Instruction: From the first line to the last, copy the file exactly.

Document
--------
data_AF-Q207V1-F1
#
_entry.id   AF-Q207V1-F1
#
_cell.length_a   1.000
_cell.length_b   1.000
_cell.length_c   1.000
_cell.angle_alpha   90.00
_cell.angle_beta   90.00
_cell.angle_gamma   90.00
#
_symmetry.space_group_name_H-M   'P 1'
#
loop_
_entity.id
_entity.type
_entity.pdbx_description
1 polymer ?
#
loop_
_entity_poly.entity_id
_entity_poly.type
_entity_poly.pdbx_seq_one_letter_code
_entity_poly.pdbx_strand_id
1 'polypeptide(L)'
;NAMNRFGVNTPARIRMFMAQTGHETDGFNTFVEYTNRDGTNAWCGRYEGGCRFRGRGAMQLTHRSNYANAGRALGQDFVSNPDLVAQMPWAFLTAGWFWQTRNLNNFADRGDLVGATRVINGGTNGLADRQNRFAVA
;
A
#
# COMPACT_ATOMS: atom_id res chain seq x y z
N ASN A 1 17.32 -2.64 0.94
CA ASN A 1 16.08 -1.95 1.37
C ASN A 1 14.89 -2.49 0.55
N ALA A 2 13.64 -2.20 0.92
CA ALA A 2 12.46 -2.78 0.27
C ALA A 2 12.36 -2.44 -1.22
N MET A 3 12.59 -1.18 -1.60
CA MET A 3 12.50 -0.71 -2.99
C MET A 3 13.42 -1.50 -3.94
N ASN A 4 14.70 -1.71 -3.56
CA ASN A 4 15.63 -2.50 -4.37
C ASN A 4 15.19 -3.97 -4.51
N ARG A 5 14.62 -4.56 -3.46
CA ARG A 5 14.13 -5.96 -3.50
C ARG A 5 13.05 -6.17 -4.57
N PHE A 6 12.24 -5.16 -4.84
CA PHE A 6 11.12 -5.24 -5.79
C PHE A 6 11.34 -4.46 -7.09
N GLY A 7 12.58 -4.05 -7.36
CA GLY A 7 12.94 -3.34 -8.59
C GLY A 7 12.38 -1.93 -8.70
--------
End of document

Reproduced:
data_AF-Q207V1-F1
#
_entry.id   AF-Q207V1-F1
#
_cell.length_a   1.000
_cell.length_b   1.000
_cell.length_c   1.000
_cell.angle_alpha   90.00
_cell.angle_beta   90.00
_cell.angle_gamma   90.00
#
_symmetry.space_group_name_H-M   'P 1'
#
loop_
_entity.id
_entity.type
_entity.pdbx_description
1 polymer ?
#
loop_
_entity_poly.entity_id
_entity_poly.type
_entity_poly.pdbx_seq_one_letter_code
_entity_poly.pdbx_strand_id
1 'polypeptide(L)'
;NAMNRFGVNTPARIRMFMAQTGHETDGFNTFVEYTNRDGTNAWCGRYEGGCRFRGRGAMQLTHRSNYANAGRALGQDFVSNPDLVAQMPWAFLTAGWFWQTRNLNNFADRGDLVGATRVINGGTNGLADRQNRFAVA
;
A
#
# COMPACT_ATOMS: atom_id res chain seq x y z
N ASN A 1 17.32 -2.64 0.94
CA ASN A 1 16.08 -1.95 1.37
C ASN A 1 14.89 -2.49 0.55
N ALA A 2 13.64 -2.20 0.92
CA ALA A 2 12.46 -2.78 0.27
C ALA A 2 12.36 -2.44 -1.22
N MET A 3 12.59 -1.18 -1.60
CA MET A 3 12.50 -0.71 -2.99
C MET A 3 13.42 -1.50 -3.94
N ASN A 4 14.70 -1.71 -3.56
CA ASN A 4 15.63 -2.50 -4.37
C ASN A 4 15.19 -3.97 -4.51
N ARG A 5 14.62 -4.56 -3.46
CA ARG A 5 14.13 -5.96 -3.50
C ARG A 5 13.05 -6.17 -4.57
N PHE A 6 12.24 -5.16 -4.84
CA PHE A 6 11.12 -5.24 -5.79
C PHE A 6 11.34 -4.46 -7.09
N GLY A 7 12.58 -4.05 -7.36
CA GLY A 7 12.94 -3.34 -8.59
C GLY A 7 12.38 -1.93 -8.70